What did we learn in 80 years?
#575 Nov. 1, 2009
COLUMBUS: It’s been 80 years since the stock market crash that started the Great Depression. It was caused by too many people spending money they didn’t have to buy things they couldn’t afford. Kinda like a couple of years ago. Back then it was overpriced stocks they were buying, and more recently it was houses.
Treasury Secretary Geithner is walking an economic tightrope. He’s got to balance bankers and Wall Street financiers against business, farmers and the general public. He wants business to hire more, banks to loan more, us to spend more, and China to hold a second mortgage on the whole country. But we’re knocking him off his high wire by saving money when we should be spending and demanding the government save more, too. We don’t want to add two trillion dollars to the deficit just to give health insurance to six million people.
Here’s some ironical news on global warming. Ice in the Arctic Ocean is melting and in the process has uncovered vast supplies of oil and gas. Democrats say, “We don’t want it, it’s tainted. Let the Arctic freeze over again.” But Republicans will say, “Sure, let it freeze. But can’t we drill and lay the pipelines first?”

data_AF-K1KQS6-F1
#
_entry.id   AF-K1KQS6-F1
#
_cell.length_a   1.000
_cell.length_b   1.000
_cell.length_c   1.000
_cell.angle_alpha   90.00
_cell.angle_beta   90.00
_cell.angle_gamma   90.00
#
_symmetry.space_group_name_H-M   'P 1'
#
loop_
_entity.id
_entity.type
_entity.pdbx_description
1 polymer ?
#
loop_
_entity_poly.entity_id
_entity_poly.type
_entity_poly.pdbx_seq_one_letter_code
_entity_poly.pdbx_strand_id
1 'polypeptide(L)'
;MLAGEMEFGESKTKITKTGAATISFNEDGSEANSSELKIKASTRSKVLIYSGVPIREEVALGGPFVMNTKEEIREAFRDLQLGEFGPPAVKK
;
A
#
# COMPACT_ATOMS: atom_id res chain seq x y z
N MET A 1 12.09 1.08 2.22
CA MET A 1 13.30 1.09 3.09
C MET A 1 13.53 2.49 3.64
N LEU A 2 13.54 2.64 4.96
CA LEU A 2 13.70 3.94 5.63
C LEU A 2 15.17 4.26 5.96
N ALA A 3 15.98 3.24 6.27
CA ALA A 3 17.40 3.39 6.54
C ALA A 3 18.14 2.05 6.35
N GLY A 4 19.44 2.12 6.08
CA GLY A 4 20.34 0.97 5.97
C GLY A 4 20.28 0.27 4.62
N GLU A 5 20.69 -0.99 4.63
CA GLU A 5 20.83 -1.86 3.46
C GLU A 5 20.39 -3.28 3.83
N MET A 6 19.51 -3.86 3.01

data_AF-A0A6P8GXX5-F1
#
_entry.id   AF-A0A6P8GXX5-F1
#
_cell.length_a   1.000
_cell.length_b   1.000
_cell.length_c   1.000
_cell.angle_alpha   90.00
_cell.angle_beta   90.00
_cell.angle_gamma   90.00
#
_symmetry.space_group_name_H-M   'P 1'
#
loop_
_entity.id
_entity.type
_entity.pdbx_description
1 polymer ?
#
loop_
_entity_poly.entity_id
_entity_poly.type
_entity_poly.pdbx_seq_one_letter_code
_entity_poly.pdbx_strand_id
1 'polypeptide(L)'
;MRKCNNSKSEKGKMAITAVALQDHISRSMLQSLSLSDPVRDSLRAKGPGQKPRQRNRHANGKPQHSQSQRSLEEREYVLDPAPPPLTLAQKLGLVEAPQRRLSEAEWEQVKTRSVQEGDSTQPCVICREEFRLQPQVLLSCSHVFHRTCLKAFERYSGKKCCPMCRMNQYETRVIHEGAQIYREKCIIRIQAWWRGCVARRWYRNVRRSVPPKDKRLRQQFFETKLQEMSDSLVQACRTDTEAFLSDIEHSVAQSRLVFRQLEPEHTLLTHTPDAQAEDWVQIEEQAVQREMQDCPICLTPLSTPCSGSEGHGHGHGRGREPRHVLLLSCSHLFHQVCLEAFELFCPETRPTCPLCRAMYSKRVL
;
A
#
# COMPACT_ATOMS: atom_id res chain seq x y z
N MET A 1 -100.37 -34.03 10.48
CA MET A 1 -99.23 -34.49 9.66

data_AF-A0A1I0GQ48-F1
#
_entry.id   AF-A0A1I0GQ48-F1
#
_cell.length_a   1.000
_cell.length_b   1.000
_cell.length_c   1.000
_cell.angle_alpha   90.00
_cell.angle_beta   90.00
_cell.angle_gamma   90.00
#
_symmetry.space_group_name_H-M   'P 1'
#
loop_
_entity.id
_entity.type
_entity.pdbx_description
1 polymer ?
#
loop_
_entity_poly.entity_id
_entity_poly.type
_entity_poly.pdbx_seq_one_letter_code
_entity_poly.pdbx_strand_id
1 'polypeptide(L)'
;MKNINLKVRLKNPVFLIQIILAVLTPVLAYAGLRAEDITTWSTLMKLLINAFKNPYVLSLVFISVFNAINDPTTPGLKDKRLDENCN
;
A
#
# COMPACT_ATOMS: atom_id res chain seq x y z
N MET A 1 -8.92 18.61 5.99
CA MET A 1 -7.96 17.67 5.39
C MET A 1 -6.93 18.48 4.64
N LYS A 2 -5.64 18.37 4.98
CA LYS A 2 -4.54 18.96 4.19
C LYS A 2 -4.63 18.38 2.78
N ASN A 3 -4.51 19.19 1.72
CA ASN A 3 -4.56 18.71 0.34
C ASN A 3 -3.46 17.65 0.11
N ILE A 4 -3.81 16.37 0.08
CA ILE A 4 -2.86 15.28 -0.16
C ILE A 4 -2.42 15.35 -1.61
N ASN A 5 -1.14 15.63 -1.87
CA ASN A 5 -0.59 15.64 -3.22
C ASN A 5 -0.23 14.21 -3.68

In Afghanistan, Karzai’s opponent for President announced he is dropping out because he has no chance of winning the election. When the news reached Washington, John McCain muttered, “Wish I’d thought of that.”
In football the big excitement today was Brett Favre returning to Green Bay to play the Packers. He’s 40, and led the Minnesota Vikings to their second win this season over his old team. The old guy just keeps going and going.
Historic quotes from Will Rogers (on the Depression):
“Sure must be a great consolation to the poor people who lost their stock in the crash to know that it has fallen in the hands of Mr. Rockefeller, who will take care of it and see that it has a good home and never be allowed to wander around unprotected again.
There is one rule that works in every calamity. Be it pestilence, war or famine, the rich get richer and the poor get poorer. The poor even help arrange it. But it's just as (columnist) Arthur Brisbane and I have been constantly telling you, ‘Don't gamble; take all your savings and buy some good stock, and hold it till it goes up, then sell it. If it don't go up, don't buy it.” DT #1019, Oct 31, 1929
“Candidates have been telling you that if elected they would ‘pull you from this bog hole of financial misery.’ Now is a good chance to get even with ‘em, by electing ‘em, just to prove what a liar they are.” DT#1334, Nov. 2, 1930